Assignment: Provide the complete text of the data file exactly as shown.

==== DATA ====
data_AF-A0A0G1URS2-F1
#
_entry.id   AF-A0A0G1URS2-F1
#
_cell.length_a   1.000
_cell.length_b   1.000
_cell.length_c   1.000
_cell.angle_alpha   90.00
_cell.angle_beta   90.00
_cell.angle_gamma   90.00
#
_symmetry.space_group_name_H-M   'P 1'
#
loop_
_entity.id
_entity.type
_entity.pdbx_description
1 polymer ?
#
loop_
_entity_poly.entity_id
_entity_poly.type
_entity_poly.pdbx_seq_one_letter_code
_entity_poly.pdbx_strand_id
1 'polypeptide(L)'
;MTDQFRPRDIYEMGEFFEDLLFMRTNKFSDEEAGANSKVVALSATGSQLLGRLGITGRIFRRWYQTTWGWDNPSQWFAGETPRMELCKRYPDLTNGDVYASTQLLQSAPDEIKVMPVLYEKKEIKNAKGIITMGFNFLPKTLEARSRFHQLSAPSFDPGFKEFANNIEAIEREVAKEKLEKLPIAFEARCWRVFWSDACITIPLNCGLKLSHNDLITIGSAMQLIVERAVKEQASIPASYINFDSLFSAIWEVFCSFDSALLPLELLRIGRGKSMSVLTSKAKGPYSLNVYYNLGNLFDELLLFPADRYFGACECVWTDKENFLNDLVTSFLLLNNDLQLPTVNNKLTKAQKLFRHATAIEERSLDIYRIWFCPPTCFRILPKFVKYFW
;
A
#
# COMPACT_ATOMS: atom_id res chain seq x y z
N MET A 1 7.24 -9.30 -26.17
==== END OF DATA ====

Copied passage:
data_AF-A0A0G1URS2-F1
#
_entry.id   AF-A0A0G1URS2-F1
#
_cell.length_a   1.000
_cell.length_b   1.000
_cell.length_c   1.000
_cell.angle_alpha   90.00
_cell.angle_beta   90.00
_cell.angle_gamma   90.00
#
_symmetry.space_group_name_H-M   'P 1'
#
loop_
_entity.id
_entity.type
_entity.pdbx_description
1 polymer ?
#
loop_
_entity_poly.entity_id
_entity_poly.type
_entity_poly.pdbx_seq_one_letter_code
_entity_poly.pdbx_strand_id
1 'polypeptide(L)'
;MTDQFRPRDIYEMGEFFEDLLFMRTNKFSDEEAGANSKVVALSATGSQLLGRLGITGRIFRRWYQTTWGWDNPSQWFAGETPRMELCKRYPDLTNGDVYASTQLLQSAPDEIKVMPVLYEKKEIKNAKGIITMGFNFLPKTLEARSRFHQLSAPSFDPGFKEFANNIEAIEREVAKEKLEKLPIAFEARCWRVFWSDACITIPLNCGLKLSHNDLITIGSAMQLIVERAVKEQASIPASYINFDSLFSAIWEVFCSFDSALLPLELLRIGRGKSMSVLTSKAKGPYSLNVYYNLGNLFDELLLFPADRYFGACECVWTDKENFLNDLVTSFLLLNNDLQLPTVNNKLTKAQKLFRHATAIEERSLDIYRIWFCPPTCFRILPKFVKYFW
;
A
#
# COMPACT_ATOMS: atom_id res chain seq x y z
N MET A 1 7.24 -9.30 -26.17